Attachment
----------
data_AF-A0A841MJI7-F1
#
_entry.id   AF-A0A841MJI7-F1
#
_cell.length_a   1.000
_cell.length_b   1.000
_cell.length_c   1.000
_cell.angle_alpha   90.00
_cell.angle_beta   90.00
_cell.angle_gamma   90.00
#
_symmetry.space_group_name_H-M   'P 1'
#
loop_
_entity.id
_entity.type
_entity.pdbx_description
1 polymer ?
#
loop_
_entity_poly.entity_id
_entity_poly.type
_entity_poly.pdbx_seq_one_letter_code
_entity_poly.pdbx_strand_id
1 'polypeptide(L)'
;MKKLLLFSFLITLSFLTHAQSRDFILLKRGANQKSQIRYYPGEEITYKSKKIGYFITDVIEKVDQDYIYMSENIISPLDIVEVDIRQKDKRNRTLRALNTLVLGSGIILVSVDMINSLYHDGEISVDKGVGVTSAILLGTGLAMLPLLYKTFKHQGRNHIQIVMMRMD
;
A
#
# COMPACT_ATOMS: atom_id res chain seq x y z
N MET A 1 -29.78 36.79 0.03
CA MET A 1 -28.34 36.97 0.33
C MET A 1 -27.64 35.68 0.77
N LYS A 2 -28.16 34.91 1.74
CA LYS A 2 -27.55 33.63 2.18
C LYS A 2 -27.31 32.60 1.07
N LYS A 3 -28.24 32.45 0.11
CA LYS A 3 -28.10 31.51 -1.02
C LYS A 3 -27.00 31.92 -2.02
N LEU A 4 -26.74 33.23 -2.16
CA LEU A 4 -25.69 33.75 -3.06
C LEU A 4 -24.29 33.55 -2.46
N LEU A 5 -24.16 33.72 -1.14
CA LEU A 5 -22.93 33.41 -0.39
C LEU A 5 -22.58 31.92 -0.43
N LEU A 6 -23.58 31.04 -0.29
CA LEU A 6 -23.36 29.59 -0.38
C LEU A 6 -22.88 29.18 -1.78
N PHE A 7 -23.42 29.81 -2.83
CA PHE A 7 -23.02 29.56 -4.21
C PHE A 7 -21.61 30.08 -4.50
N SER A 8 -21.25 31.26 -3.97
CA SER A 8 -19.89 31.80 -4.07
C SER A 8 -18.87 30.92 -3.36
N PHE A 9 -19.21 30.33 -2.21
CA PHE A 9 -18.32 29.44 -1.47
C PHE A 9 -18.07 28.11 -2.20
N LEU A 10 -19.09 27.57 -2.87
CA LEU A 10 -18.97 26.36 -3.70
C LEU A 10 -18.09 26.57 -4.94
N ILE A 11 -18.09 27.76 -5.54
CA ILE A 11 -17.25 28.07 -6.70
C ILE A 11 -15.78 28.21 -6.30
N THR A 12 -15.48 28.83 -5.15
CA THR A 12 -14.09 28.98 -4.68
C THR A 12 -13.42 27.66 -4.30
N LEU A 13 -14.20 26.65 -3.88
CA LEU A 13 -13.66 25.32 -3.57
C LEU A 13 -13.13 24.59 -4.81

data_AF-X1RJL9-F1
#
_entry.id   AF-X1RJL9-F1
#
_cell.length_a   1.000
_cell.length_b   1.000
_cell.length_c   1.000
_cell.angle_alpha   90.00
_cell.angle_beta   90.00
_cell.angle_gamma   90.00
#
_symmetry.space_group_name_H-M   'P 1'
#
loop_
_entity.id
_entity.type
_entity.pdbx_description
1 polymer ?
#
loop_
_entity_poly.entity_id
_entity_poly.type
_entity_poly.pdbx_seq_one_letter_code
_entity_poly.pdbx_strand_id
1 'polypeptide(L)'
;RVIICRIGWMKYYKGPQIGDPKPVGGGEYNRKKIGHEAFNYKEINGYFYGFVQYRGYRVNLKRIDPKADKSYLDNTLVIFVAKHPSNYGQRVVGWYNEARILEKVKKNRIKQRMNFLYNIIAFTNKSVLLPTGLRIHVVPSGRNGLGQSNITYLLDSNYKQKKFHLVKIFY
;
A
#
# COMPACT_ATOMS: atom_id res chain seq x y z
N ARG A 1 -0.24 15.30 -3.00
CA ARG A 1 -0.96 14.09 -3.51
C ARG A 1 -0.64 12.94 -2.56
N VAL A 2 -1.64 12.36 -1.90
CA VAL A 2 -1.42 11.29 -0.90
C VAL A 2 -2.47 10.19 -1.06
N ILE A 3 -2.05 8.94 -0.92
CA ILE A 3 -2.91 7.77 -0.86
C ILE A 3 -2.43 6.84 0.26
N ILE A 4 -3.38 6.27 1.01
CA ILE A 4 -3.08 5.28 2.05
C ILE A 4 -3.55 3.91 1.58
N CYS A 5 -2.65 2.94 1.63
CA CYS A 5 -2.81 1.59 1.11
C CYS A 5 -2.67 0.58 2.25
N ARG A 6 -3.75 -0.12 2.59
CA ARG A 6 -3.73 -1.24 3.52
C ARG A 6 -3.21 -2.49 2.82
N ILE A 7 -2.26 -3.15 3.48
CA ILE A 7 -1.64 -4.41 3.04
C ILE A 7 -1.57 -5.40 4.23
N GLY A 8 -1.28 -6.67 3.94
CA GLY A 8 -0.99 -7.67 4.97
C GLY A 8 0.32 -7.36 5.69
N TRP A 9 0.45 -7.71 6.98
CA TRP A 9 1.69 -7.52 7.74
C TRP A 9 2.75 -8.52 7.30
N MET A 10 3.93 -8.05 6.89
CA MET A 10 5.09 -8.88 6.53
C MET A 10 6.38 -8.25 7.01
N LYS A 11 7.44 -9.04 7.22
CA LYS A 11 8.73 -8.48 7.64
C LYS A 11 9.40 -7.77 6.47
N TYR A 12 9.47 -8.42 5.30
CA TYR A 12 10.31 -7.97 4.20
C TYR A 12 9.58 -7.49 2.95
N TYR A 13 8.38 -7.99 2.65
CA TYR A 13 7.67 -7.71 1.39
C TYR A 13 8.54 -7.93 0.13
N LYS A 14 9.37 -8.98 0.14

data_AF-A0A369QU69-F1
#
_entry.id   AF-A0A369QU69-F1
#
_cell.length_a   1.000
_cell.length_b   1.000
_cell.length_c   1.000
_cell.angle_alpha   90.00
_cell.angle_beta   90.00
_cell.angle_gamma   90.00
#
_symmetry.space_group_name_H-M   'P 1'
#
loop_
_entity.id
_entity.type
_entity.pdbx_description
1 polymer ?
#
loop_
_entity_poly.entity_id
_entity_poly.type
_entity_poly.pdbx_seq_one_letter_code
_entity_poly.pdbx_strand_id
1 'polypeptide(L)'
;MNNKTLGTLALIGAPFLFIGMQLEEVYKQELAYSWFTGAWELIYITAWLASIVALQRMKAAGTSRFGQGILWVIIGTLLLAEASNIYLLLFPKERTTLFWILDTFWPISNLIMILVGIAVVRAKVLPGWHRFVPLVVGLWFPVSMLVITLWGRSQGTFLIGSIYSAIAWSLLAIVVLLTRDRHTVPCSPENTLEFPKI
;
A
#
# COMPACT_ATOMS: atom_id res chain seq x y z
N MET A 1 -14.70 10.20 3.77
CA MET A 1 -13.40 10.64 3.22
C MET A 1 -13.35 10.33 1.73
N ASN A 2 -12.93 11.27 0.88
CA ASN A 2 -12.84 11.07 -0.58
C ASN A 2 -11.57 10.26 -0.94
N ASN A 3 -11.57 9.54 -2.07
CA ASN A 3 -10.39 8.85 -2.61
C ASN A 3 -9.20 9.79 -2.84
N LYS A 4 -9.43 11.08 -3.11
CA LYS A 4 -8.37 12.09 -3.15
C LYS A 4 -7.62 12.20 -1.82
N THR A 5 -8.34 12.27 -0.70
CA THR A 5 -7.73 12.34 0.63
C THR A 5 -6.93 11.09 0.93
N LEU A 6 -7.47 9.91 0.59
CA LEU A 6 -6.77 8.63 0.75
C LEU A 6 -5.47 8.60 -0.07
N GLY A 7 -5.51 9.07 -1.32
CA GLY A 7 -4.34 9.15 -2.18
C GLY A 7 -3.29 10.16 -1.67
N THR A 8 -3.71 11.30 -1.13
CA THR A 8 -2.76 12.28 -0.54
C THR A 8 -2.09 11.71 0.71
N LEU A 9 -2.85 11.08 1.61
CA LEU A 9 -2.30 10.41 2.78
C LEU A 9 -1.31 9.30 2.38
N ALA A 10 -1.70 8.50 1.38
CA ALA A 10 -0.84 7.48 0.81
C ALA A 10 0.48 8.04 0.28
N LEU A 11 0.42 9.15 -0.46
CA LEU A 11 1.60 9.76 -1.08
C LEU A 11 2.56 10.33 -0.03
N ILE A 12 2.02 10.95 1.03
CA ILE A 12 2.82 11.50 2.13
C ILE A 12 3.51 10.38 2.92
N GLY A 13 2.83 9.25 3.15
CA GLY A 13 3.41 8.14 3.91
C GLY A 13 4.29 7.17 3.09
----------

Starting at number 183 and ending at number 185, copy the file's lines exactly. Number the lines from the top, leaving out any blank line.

CA THR A 5 -7.73 12.34 0.63
C THR A 5 -6.93 11.09 0.93
N LEU A 6 -7.47 9.91 0.59